The government insists that a recent infection does not count as an exemption.
Federal circuit court judge Anthony Kelly dramatically reversed the visa decision Monday, ordering the cancellation be ‘quashed’, that the player be released immediately and that the government pay his legal costs.
The government had surrendered after conceding that Djokovic’s airport interview was ‘unreasonable’ because the player had not been given the promised time to respond.
A key exchange between Djokovic and border guards contained within the transcript showed how he had been given just 20 minutes to come up with additional documents to support his visa, at 4am, without the use of his phone.
‘So you’re giving me legally 20 minutes to try to provide additional information that I don’t have? At 4 o clock in the morning,’ he said.
Novak Djokovic touched down in Melbourne about 11.30pm on Wednesday night, and was swiftly taken in for questioning by Border Force officials.
He spent about six hours speaking with officials before a decision was made to cancel his visa on the basis that he could not validate his medical exemption to arrive in Australia without a Covid-19 vaccine.
He was swiftly taken to a detention centre in the heart of Melbourne, where he remains.
Why is Djokovic in court?
Immediately after his visa was cancelled, Djokovic and his team indicated they would fight the decision.
They appeared before the Federal Circuit and Family Court of Australia on Thursday afternoon, where the matter was postponed until Monday, 10am.
On Monday, Djokovic’s lawyers will argue to reverse the decision to cancel the visa. The government hope to have the decision supported.
If Djokovic loses his appeal, he could be deported as early as Monday night, but it is likely to be more complex than that.
Who is responsible for the bungle?
Court documents and leaked letters have helped piece together the puzzle of how the messy visa situation occurred.
Since Djokovic was detained, officials have hand balled responsibility between themselves.
Djokovic was informed by Tennis Australia that he was exempt to travel to Australia and play. It’s understood his application was assessed by two bodies – one assigned by TA and the other by the Victorian state government.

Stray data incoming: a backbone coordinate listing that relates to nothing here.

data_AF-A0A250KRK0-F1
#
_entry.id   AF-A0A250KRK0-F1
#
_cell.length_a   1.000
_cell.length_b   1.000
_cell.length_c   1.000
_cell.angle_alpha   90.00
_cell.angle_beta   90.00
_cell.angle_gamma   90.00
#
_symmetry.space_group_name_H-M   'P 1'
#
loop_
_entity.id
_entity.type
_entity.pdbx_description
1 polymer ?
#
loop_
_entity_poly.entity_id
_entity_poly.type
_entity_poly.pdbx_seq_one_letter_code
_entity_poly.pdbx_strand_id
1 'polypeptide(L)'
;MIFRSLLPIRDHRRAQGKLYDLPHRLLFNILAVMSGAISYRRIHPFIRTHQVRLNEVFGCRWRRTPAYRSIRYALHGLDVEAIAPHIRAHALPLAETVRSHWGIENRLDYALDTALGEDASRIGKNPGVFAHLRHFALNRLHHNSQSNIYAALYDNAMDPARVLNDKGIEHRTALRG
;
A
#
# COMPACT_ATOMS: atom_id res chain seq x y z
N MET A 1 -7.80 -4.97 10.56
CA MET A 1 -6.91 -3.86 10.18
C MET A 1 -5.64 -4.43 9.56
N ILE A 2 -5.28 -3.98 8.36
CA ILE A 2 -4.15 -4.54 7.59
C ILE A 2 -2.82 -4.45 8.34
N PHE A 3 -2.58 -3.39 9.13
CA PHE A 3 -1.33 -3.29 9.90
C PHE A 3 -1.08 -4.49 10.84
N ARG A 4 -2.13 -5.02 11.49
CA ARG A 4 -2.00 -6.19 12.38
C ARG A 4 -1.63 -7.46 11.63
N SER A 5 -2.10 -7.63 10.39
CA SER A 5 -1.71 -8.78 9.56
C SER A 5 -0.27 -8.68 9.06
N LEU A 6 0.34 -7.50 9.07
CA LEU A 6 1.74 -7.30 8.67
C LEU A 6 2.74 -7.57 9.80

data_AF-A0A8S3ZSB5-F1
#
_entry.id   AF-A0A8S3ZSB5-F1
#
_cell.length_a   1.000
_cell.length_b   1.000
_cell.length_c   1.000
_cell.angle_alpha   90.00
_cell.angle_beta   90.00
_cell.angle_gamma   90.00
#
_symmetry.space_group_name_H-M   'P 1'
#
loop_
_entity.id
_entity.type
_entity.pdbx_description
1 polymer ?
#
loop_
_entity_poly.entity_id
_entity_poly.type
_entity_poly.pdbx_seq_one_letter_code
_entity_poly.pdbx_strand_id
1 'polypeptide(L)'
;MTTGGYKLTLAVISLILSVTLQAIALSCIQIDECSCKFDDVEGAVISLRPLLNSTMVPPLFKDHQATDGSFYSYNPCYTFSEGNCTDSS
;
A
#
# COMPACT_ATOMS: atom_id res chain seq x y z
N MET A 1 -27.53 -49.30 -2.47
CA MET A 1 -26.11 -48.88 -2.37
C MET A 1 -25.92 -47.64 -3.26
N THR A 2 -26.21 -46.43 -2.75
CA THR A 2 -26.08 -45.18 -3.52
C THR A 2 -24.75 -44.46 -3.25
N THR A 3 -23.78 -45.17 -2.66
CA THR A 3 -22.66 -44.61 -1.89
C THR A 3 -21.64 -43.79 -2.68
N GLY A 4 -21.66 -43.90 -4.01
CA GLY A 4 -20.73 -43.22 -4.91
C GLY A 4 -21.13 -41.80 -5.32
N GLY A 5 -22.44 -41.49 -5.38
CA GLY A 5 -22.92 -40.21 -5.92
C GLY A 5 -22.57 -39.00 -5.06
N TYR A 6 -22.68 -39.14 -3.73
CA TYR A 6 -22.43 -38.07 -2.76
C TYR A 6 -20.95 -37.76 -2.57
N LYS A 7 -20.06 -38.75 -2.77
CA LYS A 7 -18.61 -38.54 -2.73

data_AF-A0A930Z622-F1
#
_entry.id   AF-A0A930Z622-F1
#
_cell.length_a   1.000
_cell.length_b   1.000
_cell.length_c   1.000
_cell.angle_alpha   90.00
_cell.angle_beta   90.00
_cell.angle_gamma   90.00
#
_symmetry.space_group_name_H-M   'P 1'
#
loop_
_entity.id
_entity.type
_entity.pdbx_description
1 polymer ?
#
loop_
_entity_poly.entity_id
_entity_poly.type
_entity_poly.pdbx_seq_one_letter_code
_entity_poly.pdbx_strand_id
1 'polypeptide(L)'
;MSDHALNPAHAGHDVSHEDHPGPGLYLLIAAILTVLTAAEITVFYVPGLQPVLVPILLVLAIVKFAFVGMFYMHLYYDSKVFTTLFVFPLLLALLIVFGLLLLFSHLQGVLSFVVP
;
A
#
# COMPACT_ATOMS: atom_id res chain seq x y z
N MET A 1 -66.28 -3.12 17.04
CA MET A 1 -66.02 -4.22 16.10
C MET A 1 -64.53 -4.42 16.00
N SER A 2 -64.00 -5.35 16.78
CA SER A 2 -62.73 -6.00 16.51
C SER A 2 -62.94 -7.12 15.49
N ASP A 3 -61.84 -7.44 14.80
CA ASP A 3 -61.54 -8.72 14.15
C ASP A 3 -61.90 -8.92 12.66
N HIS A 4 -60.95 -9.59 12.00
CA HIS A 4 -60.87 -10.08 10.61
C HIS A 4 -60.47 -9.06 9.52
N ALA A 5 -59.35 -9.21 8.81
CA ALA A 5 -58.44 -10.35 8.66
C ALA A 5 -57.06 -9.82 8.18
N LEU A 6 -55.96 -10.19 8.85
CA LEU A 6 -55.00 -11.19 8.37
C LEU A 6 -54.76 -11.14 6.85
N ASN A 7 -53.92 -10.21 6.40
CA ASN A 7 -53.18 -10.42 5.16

On Saturday night, it was revealed via court documents that Djokovic had also received correspondence from the Department of Home Affairs – a federal body – which indicated he was free to travel to Australia.
But this has been revealed to be an arrivals assessment form, and not official confirmation he was granted quarantine-free travel.
No single party has accepted responsibility for the debacle, and at least one other tennis player has been sent home after they were initially approved with the same exemption.
Will Djokovic play in the Australian Open?
At a court hearing on Monday, Djokovic was told that border guards had been wrong to tear up his visa and that he would be allowed into the country.
Australia’s immigration minister was then given four hours to decide whether to use his personal powers to override the court’s decision, tear up Djokovic’s visa, and push ahead with deportation.
The time limit lapsed, and so Djokovic was allowed to go.
Australia insists it is still considering whether to deport him, but in the meantime he is free to compete in the Open which begins on January 17.
Djokovic is hoping to claim victory which would see him become the most-decorated athlete ever in the men’s singles tournament.
‘I mean you kind of put me in a very awkward position where at 4 in the morning I can’t call director of Tennis Australia, I can’t engage with anybody from the Victorian state government through Tennis Australia.
‘I just… you put me in a very uncomfortable position. I don’t know what else can I tell you. I mean everything that that they… that I was asked to do is here.’
After being told by border guards that having recovered from Covid was not sufficient reason to get a border certificate, Djokovic added: ‘The government said okay, fine, access granted, travel declaration, QR code, you are free to go.
‘Otherwise I wouldn’t be flying here. There’s absolutely no way I would put myself in a position to come and sit here with you…
‘I made it all the way to Australia because you know they all made it very clear and certain to me that I have all the documentation that I possibly can provide to you.’
Following the judge’s ruling, Djokovic’s family help a triumphant press conference in Belgrade where they blasted his treatment by Australian authorities which they compared to ‘torture’.